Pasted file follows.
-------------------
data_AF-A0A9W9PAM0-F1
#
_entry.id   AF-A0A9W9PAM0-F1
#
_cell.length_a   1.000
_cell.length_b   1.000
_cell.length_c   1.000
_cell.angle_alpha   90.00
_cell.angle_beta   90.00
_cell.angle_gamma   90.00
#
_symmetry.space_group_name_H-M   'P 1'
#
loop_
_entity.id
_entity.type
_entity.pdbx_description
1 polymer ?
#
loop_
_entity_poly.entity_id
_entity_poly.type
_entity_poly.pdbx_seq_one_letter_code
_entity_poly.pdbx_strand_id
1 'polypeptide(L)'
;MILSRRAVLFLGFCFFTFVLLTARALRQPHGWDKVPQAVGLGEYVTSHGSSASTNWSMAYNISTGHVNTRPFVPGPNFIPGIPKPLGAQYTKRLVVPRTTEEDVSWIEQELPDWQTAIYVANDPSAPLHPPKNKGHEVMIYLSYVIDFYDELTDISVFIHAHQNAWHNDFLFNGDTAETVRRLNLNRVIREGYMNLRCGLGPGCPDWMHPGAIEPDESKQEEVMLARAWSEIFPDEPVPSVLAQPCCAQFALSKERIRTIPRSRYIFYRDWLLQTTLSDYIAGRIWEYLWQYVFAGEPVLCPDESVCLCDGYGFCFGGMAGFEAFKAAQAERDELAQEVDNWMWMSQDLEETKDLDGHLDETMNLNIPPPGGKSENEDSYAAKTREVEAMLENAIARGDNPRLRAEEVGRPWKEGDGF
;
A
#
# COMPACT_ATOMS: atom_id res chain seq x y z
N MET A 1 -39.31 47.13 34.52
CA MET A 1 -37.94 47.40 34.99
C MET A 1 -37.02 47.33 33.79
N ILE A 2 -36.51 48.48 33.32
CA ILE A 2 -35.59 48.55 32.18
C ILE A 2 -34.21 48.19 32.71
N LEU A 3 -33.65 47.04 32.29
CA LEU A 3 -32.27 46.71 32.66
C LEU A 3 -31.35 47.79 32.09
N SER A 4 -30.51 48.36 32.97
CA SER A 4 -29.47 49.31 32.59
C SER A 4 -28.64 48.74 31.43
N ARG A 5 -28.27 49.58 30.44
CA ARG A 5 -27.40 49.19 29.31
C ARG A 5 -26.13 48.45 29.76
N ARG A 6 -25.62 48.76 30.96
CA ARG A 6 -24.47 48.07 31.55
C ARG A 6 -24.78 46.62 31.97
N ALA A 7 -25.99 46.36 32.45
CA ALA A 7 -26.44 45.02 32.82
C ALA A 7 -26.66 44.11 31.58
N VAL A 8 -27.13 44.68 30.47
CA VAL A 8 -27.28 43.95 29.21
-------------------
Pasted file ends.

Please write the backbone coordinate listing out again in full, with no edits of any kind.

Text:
data_AF-A0A9W9PAM0-F1
#
_entry.id   AF-A0A9W9PAM0-F1
#
_cell.length_a   1.000
_cell.length_b   1.000
_cell.length_c   1.000
_cell.angle_alpha   90.00
_cell.angle_beta   90.00
_cell.angle_gamma   90.00
#
_symmetry.space_group_name_H-M   'P 1'
#
loop_
_entity.id
_entity.type
_entity.pdbx_description
1 polymer ?
#
loop_
_entity_poly.entity_id
_entity_poly.type
_entity_poly.pdbx_seq_one_letter_code
_entity_poly.pdbx_strand_id
1 'polypeptide(L)'
;MILSRRAVLFLGFCFFTFVLLTARALRQPHGWDKVPQAVGLGEYVTSHGSSASTNWSMAYNISTGHVNTRPFVPGPNFIPGIPKPLGAQYTKRLVVPRTTEEDVSWIEQELPDWQTAIYVANDPSAPLHPPKNKGHEVMIYLSYVIDFYDELTDISVFIHAHQNAWHNDFLFNGDTAETVRRLNLNRVIREGYMNLRCGLGPGCPDWMHPGAIEPDESKQEEVMLARAWSEIFPDEPVPSVLAQPCCAQFALSKERIRTIPRSRYIFYRDWLLQTTLSDYIAGRIWEYLWQYVFAGEPVLCPDESVCLCDGYGFCFGGMAGFEAFKAAQAERDELAQEVDNWMWMSQDLEETKDLDGHLDETMNLNIPPPGGKSENEDSYAAKTREVEAMLENAIARGDNPRLRAEEVGRPWKEGDGF
;
A
#
# COMPACT_ATOMS: atom_id res chain seq x y z
N MET A 1 -39.31 47.13 34.52
CA MET A 1 -37.94 47.40 34.99
C MET A 1 -37.02 47.33 33.79
N ILE A 2 -36.51 48.48 33.32
CA ILE A 2 -35.59 48.55 32.18
C ILE A 2 -34.21 48.19 32.71
N LEU A 3 -33.65 47.04 32.29
CA LEU A 3 -32.27 46.71 32.66
C LEU A 3 -31.35 47.79 32.09
N SER A 4 -30.51 48.36 32.97
CA SER A 4 -29.47 49.31 32.59
C SER A 4 -28.64 48.74 31.43
N ARG A 5 -28.27 49.58 30.44
CA ARG A 5 -27.40 49.19 29.31
C ARG A 5 -26.13 48.45 29.76
N ARG A 6 -25.62 48.76 30.96
CA ARG A 6 -24.47 48.07 31.55
C ARG A 6 -24.78 46.62 31.97
N ALA A 7 -25.99 46.36 32.45
CA ALA A 7 -26.44 45.02 32.82
C ALA A 7 -26.66 44.11 31.58
N VAL A 8 -27.13 44.68 30.47
CA VAL A 8 -27.28 43.95 29.21